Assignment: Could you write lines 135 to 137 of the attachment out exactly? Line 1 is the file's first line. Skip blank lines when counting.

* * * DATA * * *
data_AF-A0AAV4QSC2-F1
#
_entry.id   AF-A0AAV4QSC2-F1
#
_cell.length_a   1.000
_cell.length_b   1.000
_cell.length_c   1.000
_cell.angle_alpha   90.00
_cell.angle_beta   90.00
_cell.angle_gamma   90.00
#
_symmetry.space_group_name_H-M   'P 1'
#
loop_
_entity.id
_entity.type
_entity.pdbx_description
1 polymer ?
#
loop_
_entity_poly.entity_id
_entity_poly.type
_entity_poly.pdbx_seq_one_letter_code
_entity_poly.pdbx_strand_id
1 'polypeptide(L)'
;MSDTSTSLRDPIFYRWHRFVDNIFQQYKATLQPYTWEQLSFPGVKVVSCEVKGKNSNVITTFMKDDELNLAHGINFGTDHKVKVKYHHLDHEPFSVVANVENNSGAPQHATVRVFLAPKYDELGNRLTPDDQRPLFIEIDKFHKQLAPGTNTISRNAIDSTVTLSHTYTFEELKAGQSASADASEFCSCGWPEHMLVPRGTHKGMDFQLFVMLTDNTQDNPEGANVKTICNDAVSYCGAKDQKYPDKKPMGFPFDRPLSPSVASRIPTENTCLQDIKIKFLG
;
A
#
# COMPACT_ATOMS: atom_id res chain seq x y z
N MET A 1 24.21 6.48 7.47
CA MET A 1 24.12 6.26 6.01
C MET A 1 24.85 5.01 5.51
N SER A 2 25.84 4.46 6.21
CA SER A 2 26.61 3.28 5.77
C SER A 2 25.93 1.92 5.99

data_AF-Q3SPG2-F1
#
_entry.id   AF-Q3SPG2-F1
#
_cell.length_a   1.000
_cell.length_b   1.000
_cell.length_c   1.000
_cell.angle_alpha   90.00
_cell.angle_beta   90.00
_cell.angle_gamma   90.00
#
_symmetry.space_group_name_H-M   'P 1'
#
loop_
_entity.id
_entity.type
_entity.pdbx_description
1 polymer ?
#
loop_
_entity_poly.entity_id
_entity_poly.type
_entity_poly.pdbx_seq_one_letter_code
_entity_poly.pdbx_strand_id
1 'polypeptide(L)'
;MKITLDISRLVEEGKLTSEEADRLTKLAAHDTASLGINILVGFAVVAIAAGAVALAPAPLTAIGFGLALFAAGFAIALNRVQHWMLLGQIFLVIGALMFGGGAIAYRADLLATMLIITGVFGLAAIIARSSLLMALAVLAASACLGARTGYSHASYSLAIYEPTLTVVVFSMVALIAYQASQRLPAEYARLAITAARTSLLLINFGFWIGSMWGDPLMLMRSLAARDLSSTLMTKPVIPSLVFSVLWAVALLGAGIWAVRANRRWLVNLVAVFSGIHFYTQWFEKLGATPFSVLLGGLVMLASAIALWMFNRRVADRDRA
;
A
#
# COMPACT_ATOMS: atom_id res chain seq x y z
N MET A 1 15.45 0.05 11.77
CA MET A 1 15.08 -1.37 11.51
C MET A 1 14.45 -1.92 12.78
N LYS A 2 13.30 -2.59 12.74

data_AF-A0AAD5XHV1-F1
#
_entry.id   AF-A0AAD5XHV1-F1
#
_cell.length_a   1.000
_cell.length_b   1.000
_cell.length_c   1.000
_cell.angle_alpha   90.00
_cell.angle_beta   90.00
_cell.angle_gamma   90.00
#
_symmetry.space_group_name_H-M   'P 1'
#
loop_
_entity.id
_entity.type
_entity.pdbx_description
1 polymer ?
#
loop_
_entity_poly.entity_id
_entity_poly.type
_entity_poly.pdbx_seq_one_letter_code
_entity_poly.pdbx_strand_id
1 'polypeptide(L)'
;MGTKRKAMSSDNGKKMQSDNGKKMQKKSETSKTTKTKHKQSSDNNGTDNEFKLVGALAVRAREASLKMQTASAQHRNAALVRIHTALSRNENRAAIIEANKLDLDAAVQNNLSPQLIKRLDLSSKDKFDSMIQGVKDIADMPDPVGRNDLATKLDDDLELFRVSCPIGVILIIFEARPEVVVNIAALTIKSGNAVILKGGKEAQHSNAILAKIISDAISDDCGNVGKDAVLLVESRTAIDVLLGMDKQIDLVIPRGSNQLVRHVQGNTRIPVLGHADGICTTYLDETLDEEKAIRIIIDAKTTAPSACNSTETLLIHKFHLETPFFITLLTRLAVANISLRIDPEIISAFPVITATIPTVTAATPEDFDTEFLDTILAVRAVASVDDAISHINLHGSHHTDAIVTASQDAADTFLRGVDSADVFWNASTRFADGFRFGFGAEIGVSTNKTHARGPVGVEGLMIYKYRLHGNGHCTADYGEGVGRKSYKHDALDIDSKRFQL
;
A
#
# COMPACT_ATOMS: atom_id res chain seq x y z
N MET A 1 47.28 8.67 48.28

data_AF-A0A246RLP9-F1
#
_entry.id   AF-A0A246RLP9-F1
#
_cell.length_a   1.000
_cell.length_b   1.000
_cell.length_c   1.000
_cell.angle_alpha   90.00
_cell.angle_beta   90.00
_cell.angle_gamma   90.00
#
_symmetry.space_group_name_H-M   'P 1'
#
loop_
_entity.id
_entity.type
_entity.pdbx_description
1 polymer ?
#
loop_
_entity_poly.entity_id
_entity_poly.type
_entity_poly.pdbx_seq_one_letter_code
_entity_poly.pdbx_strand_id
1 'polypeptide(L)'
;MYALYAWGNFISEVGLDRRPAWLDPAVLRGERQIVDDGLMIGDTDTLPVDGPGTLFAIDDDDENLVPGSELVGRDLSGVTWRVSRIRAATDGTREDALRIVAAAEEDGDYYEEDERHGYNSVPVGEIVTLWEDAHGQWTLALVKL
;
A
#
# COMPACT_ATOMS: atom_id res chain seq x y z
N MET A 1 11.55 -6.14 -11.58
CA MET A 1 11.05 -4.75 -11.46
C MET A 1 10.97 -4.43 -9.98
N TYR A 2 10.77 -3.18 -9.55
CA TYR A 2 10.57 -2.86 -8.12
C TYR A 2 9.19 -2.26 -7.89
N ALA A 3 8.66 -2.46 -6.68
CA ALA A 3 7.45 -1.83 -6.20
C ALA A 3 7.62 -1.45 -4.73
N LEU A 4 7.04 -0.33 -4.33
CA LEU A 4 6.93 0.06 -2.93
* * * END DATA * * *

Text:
N TYR A 2 10.77 -3.18 -9.55
CA TYR A 2 10.57 -2.86 -8.12
C TYR A 2 9.19 -2.26 -7.89